For zero bycatch
Extending Marine Protected Areas – parts of the ocean where fishing is restricted – would also help.
Sage said law changes were needed so reserves could extend to New Zealand’s Exclusive Economic Zone – up to 370 kilometres out from the coast – GOVERNMENT-FUNDED research calling for an overhaul of New Zealand’s commercial fishing has been labelled ‘‘scaremongering’’ by the Ma¯ori Fisheries Trust.
Voices from the Sea, released by the Environmental Defence Society, paints a bleak picture of New Zealand’s marine environment and criticises the way it is managed by the Government.
The book’s author, environmental law and policy expert Raewyn Peart, pictured left, wants a fully independent, statutory inquiry and says fish stocks have collapsed or are on the brink of collapse.
She warns the situation would worsen unless a more integrated approach was adopted and the 30-year-old Quota Management System was reformed. rather than the current Territorial Sea boundary of 22km.
MPI says more seabirds breed in New Zealand than anywhere else in the world and it has a longterm objective of making New Zealand fisheries globally recognised as seabird-friendly.
However, environmental law
In 2015 Peart received $60,000 funding from the Department of Conservation (DoC) towards her research but that has outraged Te Ohu Kaimoana (Ma¯ori Fisheries Trust), which manages fishing assets on behalf of Ma¯ori.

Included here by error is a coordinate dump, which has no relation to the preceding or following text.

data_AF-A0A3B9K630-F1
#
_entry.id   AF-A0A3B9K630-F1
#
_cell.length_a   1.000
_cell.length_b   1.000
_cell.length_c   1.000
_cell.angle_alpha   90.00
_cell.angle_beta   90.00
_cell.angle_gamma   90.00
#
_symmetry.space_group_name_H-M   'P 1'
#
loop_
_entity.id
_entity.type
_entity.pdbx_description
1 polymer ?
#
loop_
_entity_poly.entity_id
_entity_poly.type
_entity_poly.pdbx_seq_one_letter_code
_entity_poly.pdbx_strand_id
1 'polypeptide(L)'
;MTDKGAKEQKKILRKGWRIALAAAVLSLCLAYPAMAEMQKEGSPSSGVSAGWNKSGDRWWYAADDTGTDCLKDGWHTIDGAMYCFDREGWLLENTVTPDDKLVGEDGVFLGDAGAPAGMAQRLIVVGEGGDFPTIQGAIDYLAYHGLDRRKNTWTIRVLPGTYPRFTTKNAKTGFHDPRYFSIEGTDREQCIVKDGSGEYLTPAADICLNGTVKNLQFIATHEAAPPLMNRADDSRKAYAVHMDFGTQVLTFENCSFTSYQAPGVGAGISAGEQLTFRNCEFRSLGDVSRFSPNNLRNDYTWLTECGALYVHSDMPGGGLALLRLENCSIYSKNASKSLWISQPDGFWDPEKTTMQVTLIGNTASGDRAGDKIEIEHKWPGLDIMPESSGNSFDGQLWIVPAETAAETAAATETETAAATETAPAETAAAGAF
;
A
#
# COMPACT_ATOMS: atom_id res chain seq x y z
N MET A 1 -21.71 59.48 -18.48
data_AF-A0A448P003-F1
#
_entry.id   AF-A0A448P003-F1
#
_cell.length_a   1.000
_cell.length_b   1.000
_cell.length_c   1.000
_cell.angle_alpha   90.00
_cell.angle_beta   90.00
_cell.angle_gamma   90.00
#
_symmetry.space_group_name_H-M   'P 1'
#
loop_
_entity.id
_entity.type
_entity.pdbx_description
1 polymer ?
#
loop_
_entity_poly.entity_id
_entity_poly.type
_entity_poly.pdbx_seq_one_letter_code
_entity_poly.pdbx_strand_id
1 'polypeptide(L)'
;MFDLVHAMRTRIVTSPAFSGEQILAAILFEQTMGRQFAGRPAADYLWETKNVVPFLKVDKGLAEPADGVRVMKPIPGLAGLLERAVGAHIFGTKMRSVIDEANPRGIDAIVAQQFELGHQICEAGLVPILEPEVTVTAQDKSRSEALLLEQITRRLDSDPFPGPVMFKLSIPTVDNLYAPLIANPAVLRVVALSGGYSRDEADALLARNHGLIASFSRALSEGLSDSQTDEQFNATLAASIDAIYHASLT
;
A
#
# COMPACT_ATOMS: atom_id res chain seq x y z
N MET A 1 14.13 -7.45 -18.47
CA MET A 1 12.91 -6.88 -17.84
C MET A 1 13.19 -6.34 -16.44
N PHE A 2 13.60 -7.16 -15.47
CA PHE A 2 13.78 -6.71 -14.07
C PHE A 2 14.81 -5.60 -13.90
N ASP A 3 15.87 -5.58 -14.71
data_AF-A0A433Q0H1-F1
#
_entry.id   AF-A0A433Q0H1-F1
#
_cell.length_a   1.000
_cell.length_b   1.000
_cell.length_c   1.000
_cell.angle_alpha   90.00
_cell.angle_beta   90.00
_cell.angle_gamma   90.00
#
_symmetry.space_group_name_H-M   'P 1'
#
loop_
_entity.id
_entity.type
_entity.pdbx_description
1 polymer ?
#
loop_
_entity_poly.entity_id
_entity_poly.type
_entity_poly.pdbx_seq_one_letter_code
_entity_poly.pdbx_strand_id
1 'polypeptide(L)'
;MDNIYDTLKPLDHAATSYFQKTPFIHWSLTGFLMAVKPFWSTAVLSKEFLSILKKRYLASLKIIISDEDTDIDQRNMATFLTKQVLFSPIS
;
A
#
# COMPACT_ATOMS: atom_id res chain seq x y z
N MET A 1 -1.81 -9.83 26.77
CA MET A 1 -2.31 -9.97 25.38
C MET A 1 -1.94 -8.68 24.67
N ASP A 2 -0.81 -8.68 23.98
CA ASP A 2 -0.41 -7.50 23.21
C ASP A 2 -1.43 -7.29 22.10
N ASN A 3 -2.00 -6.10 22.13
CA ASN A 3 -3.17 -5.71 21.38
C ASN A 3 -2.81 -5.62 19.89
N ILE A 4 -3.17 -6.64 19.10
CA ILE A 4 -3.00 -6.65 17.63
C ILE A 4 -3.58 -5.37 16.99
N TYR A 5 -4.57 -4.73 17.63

Te Ohu Kaimoana chief executive Dion Tuuta said the book was ‘‘scaremongering’’ and lacked credibility, adding that Te Ohu Kaimoana supported reductions in commercial catch to allow fish species to recover and had never opposed action to ensure fisheries were managed at sustainable levels.
Peart said she was disappointed by the trust’s criticisms.
‘‘Unless we take action their investment and their asset will be undermined,’’ she said. ‘‘We need to work together on this.’’ and policy expert Raewyn Peart said New Zealand was well behind international best practice in this area. The full extent of bycatch in New Zealand waters was largely unknown due to a lack of observer monitoring on inshore fishing vessels.
She renewed calls for cameras to be compulsory on all commercial fishing vessels.
Late last year Minister of Fisheries Stuart Nash deferred the roll-out of digital monitoring of commercial fishing.
Forest and Bird spokesman Geoff Keey said it suspected the commercial fishing sector was under-reporting bycatch.
When video monitoring was made compulsory in Australia, reported bycatch increased sevenfold, he said.
‘‘Putting cameras on boats will transform our fishing industry because at the moment a lot of it is out of sight out of mind.’’ Seafood New Zealand chief executive Tim Pankhurst said the industry needed to do better.
‘‘The ultimate aim is to have zero catch,’’ he said.
‘‘We do have some impact on the marine environment and we’re doing our utmost to address that.’’
Seafood New Zealand is touring 14 ports making sure every skipper and crew member knows about a code of conduct it launched last year centred around accountability and sustainability.
Te Ohu Kaimoana (Ma¯ori Fisheries Trust) chief executive Dion Tuuta said its fishing partners were trialling new net technology to reduce bycatch.
The trust, and Seafood New Zealand, supported the Southern Seabird Solutions Trust to promote the widespread use of responsible fishing practices, he said.